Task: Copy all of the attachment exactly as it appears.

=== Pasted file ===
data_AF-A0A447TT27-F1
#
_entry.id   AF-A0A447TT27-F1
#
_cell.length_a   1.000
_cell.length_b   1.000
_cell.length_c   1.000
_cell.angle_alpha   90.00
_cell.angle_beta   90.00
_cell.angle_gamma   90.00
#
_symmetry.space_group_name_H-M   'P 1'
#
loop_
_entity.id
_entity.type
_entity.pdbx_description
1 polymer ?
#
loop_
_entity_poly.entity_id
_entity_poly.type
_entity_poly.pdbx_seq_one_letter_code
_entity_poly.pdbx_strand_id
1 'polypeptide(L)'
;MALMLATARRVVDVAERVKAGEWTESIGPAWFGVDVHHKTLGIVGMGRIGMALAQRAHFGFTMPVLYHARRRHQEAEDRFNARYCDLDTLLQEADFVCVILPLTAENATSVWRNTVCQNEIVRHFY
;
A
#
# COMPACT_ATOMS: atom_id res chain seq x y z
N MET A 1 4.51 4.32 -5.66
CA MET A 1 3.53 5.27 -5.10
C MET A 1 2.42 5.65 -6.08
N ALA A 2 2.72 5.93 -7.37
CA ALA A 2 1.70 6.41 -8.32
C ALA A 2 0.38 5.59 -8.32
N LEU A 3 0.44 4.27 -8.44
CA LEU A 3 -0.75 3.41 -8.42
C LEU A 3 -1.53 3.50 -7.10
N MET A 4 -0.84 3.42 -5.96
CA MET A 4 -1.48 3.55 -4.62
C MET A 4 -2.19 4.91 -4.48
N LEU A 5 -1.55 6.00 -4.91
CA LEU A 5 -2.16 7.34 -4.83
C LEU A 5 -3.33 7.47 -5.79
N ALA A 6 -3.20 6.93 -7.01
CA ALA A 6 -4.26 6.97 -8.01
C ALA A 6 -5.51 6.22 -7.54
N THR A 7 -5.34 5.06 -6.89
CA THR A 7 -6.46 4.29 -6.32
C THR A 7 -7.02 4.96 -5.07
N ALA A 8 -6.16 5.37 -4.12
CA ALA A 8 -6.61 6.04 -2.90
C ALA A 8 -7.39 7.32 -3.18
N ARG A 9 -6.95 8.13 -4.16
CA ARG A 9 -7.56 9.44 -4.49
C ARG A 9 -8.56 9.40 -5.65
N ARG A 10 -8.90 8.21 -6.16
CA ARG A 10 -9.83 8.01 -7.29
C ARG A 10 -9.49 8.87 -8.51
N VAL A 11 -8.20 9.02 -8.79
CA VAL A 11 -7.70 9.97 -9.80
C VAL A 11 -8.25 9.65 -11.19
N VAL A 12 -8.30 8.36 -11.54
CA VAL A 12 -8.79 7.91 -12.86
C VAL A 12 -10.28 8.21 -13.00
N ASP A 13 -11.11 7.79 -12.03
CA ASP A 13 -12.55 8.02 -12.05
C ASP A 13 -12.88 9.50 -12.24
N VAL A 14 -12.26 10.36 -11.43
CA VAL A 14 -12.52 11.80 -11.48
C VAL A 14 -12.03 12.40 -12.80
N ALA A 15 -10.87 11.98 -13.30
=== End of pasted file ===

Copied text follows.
data_AF-A0A447TT27-F1
#
_entry.id   AF-A0A447TT27-F1
#
_cell.length_a   1.000
_cell.length_b   1.000
_cell.length_c   1.000
_cell.angle_alpha   90.00
_cell.angle_beta   90.00
_cell.angle_gamma   90.00
#
_symmetry.space_group_name_H-M   'P 1'
#
loop_
_entity.id
_entity.type
_entity.pdbx_description
1 polymer ?
#
loop_
_entity_poly.entity_id
_entity_poly.type
_entity_poly.pdbx_seq_one_letter_code
_entity_poly.pdbx_strand_id
1 'polypeptide(L)'
;MALMLATARRVVDVAERVKAGEWTESIGPAWFGVDVHHKTLGIVGMGRIGMALAQRAHFGFTMPVLYHARRRHQEAEDRFNARYCDLDTLLQEADFVCVILPLTAENATSVWRNTVCQNEIVRHFY
;
A
#
# COMPACT_ATOMS: atom_id res chain seq x y z
N MET A 1 4.51 4.32 -5.66
CA MET A 1 3.53 5.27 -5.10
C MET A 1 2.42 5.65 -6.08
N ALA A 2 2.72 5.93 -7.37
CA ALA A 2 1.70 6.41 -8.32
C ALA A 2 0.38 5.59 -8.32
N LEU A 3 0.44 4.27 -8.44
CA LEU A 3 -0.75 3.41 -8.42
C LEU A 3 -1.53 3.50 -7.10
N MET A 4 -0.84 3.42 -5.96
CA MET A 4 -1.48 3.55 -4.62
C MET A 4 -2.19 4.91 -4.48
N LEU A 5 -1.55 6.00 -4.91
CA LEU A 5 -2.16 7.34 -4.83
C LEU A 5 -3.33 7.47 -5.79
N ALA A 6 -3.20 6.93 -7.01
CA ALA A 6 -4.26 6.97 -8.01
C ALA A 6 -5.51 6.22 -7.54
N THR A 7 -5.34 5.06 -6.89
CA THR A 7 -6.46 4.29 -6.32
C THR A 7 -7.02 4.96 -5.07
N ALA A 8 -6.16 5.37 -4.12
CA ALA A 8 -6.61 6.04 -2.90
C ALA A 8 -7.39 7.32 -3.18
N ARG A 9 -6.95 8.13 -4.16
CA ARG A 9 -7.56 9.44 -4.49
C ARG A 9 -8.56 9.40 -5.65
N ARG A 10 -8.90 8.21 -6.16
CA ARG A 10 -9.83 8.01 -7.29
C ARG A 10 -9.49 8.87 -8.51
N VAL A 11 -8.20 9.02 -8.79
CA VAL A 11 -7.70 9.97 -9.80
C VAL A 11 -8.25 9.65 -11.19
N VAL A 12 -8.30 8.36 -11.54
CA VAL A 12 -8.79 7.91 -12.86
C VAL A 12 -10.28 8.21 -13.00
N ASP A 13 -11.11 7.79 -12.03
CA ASP A 13 -12.55 8.02 -12.05
C ASP A 13 -12.88 9.50 -12.24
N VAL A 14 -12.26 10.36 -11.43
CA VAL A 14 -12.52 11.80 -11.48
C VAL A 14 -12.03 12.40 -12.80
N ALA A 15 -10.87 11.98 -13.30